The last two talks at Ticknall Garden Club have concentrated on the small flowers that often go unappreciated in the garden. Dr Andrew Ward from Norwell Nurseries near Newark identified some of the little gems that can shine in the shade of a woodland floor.
The primrose and lungwort are early flowering plants that provide nectar for foraging bees. The celandine variety “double bronze” is very controllable. The wood anemone is well adapted to spreading in dry shade. Brunnera with its bright blue flowers will brighten any shaded area. The dainty cyclamen coum and hederifolium create a carpet of colour quite quickly. Epimedium have delicate nodding flowers which are appreciated better if foliage is sheared back in late winter. Geranium phaeum and nodosum will thrive in the driest of soil. Both corydalis and erythroniums however need moisture throughout the year. As do the fascinating flowers of the trillium. These were just some of the many colourful flowers that reward planting in shaded areas of the garden.
Jack Willgoss from Wildegoose Nursery in Shropshire enthused on the delights of the modest little viola. His passion has led to a collection of over 160 varieties. Pansies are also botanically violas but each have undergone different breeding patterns since early Victorian times. The pansy descends from the farmland viola “tricolour” and with judicious interbreeding has developed the large face and bright colours that are popular today. The viola, an altogether neater and more sophisticated plant, has been bred from crossing viola cornuta, a high alpine flower, with viola lutea; a fragrant native plant. Crossing these with fancy pansies has resulted in a wide variety of choice.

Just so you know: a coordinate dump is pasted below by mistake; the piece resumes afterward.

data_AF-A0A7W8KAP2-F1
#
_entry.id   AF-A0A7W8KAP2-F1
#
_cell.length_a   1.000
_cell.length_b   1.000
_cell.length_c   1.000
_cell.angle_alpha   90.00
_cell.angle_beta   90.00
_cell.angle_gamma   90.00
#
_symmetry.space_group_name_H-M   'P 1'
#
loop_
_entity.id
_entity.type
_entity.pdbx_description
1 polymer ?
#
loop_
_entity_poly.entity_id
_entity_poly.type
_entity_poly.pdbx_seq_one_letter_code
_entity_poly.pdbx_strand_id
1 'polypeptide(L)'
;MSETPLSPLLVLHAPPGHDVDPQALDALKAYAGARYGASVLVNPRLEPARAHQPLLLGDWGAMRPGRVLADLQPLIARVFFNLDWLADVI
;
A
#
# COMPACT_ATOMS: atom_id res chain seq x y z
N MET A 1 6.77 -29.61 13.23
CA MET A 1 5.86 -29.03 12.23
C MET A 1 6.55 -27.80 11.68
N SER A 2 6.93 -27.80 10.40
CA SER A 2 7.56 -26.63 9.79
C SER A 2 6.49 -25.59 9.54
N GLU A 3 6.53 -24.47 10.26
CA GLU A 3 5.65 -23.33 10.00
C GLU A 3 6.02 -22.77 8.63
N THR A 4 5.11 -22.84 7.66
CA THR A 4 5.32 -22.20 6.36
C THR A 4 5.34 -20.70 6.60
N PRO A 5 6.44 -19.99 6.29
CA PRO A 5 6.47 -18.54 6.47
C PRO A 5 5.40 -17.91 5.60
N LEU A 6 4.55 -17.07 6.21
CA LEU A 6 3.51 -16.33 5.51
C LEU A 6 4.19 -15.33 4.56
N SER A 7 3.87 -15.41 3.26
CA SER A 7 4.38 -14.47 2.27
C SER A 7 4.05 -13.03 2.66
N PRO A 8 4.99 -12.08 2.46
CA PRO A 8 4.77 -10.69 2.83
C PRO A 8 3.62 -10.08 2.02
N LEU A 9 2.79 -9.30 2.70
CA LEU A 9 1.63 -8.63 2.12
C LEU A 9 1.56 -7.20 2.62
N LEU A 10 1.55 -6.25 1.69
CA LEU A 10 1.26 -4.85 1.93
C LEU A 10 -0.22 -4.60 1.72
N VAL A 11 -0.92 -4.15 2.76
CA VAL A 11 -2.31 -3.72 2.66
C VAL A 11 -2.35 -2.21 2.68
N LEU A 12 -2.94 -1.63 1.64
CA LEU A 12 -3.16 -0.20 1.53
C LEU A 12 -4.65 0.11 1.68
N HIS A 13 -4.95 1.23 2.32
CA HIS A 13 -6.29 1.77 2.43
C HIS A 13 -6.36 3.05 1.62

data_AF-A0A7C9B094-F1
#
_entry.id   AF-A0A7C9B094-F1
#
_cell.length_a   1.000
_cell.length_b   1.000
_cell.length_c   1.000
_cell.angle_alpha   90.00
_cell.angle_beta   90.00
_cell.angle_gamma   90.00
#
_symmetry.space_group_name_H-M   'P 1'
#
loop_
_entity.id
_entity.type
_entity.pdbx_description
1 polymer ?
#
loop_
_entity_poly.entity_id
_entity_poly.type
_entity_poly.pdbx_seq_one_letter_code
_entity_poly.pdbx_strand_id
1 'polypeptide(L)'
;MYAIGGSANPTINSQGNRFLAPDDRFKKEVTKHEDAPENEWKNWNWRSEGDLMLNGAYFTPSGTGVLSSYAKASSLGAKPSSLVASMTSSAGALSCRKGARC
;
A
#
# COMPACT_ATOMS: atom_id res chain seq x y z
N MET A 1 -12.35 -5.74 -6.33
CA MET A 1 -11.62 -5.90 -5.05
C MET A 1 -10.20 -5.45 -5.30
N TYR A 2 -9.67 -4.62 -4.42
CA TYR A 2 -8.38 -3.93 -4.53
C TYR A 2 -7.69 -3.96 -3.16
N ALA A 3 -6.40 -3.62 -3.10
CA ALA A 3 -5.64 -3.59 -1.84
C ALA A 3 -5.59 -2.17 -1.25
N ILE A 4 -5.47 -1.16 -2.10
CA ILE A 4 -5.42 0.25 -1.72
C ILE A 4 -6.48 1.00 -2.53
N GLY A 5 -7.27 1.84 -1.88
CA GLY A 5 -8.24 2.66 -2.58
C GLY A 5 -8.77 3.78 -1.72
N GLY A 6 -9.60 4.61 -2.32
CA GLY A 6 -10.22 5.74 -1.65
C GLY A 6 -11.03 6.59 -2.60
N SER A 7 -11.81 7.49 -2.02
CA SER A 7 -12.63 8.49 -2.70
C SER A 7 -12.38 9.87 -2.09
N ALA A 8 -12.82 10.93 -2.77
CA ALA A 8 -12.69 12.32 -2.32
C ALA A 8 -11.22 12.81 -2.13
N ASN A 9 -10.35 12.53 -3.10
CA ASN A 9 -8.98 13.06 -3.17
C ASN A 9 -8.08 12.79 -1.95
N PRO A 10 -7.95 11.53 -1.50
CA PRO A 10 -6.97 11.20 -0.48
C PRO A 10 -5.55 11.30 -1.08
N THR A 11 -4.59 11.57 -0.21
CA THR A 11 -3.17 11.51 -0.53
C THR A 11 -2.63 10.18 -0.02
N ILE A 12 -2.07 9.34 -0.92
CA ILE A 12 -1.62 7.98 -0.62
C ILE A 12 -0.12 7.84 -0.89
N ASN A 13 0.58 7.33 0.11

When treated well they are reliable perennials. Many have a lovely perfume. They keep on flowering with the help of frequent deadheading. Some are delicate and need to be planted in pots but many are well behaved, front of border plants and are ideal for planting beneath roses. The plant is even edible and great for salads and cake decoration.
Jack Willgoss is so passionate about the viola that he and his wife have dedicated their gardening career to it and have developed an awe-inspiring nursery and garden. The story of their singleminded drive to realise their dream was an inspiration and proof that with hard work and perseverance a dream can come true.
The truly amazing array of garden flowers that were featured in the two talks proved that anyone can have a scattering of flowers sparkling like jewels in their garden throughout the year.